PhD, Northwestern University, 1998
Interests and Specializations
20th Century British and American Literature
John Young (Ph.D., Northwestern University, 1998). I joined Marshall in 2000, where I study and teach 20th/21st-century American, British, and Anglophone literatures, focusing especially on the social dimensions of textual scholarship. Through the documentary traces of textual production (drafts, manuscripts, alternate published versions, advertisements, covers, etc.) my research investigates the ways in which social and cultural systems impinge on texts as both material and immaterial entities (or what we might call the “outside” and “inside” of books).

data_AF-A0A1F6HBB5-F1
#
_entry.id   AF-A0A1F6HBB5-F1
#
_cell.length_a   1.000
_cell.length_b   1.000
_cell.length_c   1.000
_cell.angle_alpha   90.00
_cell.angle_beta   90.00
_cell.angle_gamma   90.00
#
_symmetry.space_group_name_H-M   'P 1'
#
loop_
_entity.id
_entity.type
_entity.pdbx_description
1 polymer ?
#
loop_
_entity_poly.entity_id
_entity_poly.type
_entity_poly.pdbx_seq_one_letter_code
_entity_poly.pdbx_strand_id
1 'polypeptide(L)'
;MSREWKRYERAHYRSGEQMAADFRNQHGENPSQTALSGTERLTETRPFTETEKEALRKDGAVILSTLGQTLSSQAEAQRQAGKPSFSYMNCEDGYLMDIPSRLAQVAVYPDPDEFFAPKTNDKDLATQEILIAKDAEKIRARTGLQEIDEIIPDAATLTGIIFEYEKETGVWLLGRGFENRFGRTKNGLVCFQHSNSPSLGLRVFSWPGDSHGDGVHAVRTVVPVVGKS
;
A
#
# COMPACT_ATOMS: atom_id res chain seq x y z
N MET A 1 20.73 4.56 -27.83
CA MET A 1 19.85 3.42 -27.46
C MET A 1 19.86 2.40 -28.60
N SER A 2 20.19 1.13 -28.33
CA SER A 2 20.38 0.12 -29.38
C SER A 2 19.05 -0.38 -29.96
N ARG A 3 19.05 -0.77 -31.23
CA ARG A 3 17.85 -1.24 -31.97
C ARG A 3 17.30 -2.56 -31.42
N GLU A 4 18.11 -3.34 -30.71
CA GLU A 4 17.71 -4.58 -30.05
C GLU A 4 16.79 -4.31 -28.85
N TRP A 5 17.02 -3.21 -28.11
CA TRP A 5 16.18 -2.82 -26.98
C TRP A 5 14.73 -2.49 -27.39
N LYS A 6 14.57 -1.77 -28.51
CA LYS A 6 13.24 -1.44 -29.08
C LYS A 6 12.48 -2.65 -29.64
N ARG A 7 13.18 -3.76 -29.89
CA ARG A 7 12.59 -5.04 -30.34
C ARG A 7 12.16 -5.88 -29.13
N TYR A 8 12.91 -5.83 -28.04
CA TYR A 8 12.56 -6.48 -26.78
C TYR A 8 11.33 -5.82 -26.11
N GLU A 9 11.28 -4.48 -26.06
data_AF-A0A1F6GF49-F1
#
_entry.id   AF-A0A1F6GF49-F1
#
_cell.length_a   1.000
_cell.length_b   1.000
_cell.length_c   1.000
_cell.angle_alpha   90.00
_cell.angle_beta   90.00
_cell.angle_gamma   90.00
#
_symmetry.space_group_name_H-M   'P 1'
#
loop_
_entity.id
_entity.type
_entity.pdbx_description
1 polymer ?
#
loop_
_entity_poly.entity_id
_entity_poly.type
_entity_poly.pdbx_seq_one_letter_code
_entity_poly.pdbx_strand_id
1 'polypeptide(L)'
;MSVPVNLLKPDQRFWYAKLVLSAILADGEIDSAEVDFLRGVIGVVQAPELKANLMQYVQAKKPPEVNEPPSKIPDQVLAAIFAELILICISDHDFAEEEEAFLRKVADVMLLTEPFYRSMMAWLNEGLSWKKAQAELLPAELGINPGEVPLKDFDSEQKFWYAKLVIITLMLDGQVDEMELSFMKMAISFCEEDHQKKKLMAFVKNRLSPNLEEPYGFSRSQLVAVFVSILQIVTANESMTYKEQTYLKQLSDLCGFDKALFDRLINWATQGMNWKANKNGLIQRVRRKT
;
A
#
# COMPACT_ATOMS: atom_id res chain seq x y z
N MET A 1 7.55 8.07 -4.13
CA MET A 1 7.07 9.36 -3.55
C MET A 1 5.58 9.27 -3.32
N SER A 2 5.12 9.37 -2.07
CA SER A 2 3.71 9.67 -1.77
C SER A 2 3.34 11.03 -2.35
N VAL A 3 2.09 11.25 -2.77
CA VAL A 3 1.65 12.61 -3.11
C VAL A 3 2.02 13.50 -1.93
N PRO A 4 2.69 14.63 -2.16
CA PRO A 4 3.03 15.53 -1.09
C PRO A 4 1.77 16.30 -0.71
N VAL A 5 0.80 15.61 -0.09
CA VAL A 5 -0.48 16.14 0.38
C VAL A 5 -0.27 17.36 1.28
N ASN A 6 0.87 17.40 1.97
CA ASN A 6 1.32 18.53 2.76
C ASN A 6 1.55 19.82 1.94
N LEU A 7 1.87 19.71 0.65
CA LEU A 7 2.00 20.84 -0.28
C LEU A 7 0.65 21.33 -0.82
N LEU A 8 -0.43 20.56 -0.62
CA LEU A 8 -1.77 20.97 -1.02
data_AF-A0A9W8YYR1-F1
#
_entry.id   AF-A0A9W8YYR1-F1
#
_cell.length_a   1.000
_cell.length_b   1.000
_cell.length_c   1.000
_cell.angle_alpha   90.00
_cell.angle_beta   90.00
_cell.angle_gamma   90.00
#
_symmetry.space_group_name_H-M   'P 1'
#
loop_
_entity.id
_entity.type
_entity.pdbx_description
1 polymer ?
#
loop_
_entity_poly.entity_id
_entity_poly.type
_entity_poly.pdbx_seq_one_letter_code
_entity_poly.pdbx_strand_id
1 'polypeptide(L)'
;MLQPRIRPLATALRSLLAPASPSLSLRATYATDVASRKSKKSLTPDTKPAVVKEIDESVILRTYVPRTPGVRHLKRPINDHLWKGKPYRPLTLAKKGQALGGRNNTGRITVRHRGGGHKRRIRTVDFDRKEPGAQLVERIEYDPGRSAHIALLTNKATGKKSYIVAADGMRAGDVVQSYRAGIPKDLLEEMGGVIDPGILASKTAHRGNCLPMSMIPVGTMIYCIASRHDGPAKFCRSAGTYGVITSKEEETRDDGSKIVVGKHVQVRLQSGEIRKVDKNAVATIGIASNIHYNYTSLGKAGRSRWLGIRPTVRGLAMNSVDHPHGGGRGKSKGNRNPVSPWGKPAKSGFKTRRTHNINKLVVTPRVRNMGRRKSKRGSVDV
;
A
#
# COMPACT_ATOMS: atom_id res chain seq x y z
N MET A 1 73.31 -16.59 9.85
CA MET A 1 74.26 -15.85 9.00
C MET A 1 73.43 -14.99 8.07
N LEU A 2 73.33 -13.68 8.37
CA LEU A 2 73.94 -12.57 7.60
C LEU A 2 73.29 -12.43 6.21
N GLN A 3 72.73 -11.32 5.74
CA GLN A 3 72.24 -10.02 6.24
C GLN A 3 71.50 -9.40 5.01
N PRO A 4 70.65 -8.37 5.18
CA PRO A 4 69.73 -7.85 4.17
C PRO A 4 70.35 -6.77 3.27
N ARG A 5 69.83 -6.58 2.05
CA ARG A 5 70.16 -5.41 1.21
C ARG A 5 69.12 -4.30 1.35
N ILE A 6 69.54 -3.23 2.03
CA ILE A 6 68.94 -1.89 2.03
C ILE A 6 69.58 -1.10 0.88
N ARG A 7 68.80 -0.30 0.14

Current scholarly projects include The Souls of Black Texts, which will apply W.E.B. Du Bois’s idea of double consciousness to the drafts and published versions of major 20th– and 21st-century African American works (by Du Bois, James Weldon Johnson, Zora Neale Hurston, Ralph Ellison, Richard Wright, Octavia Butler, Toni Morrison, and Claudia Rankine) and a series of essays on Jean Toomer’s periodical publications. Previous publications include How to Revise a True War Story: Tim O’Brien’s Processes of Textual Production (University of Iowa Press, 2017), Publishing Blackness: Textual Constructions of Race since 1850, co-edited with George Hutchinson (University of Michigan Press, 2012), Black Writers, White Publishers (University Press of Mississippi, 2006), and various articles on the production histories of modernist and postmodernist literature. I am currently serving as Executive Director of the Society for Textual Scholarship.